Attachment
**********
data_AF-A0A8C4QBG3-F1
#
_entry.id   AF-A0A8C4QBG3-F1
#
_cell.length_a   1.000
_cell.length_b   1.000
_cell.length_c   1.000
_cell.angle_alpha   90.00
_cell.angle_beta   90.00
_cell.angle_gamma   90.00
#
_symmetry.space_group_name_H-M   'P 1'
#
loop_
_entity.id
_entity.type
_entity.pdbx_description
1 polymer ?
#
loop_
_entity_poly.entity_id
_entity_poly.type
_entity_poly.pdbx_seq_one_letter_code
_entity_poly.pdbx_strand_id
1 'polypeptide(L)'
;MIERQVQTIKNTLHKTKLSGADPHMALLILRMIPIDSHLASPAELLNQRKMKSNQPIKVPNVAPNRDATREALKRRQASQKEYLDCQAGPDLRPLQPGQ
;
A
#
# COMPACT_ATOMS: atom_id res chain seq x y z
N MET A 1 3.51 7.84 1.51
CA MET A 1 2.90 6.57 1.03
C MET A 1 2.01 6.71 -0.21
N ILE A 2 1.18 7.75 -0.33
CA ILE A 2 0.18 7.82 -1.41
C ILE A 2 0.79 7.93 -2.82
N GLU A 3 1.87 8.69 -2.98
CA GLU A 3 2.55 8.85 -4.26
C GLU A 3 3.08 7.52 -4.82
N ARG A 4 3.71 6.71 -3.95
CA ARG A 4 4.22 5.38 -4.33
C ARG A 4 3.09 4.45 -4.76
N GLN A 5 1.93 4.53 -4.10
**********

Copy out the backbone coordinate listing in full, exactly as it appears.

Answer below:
data_AF-A0A8C4QBG3-F1
#
_entry.id   AF-A0A8C4QBG3-F1
#
_cell.length_a   1.000
_cell.length_b   1.000
_cell.length_c   1.000
_cell.angle_alpha   90.00
_cell.angle_beta   90.00
_cell.angle_gamma   90.00
#
_symmetry.space_group_name_H-M   'P 1'
#
loop_
_entity.id
_entity.type
_entity.pdbx_description
1 polymer ?
#
loop_
_entity_poly.entity_id
_entity_poly.type
_entity_poly.pdbx_seq_one_letter_code
_entity_poly.pdbx_strand_id
1 'polypeptide(L)'
;MIERQVQTIKNTLHKTKLSGADPHMALLILRMIPIDSHLASPAELLNQRKMKSNQPIKVPNVAPNRDATREALKRRQASQKEYLDCQAGPDLRPLQPGQ
;
A
#
# COMPACT_ATOMS: atom_id res chain seq x y z
N MET A 1 3.51 7.84 1.51
CA MET A 1 2.90 6.57 1.03
C MET A 1 2.01 6.71 -0.21
N ILE A 2 1.18 7.75 -0.33
CA ILE A 2 0.18 7.82 -1.41
C ILE A 2 0.79 7.93 -2.82
N GLU A 3 1.87 8.69 -2.98
CA GLU A 3 2.55 8.85 -4.26
C GLU A 3 3.08 7.52 -4.82
N ARG A 4 3.71 6.71 -3.95
CA ARG A 4 4.22 5.38 -4.33
C ARG A 4 3.09 4.45 -4.76
N GLN A 5 1.93 4.53 -4.10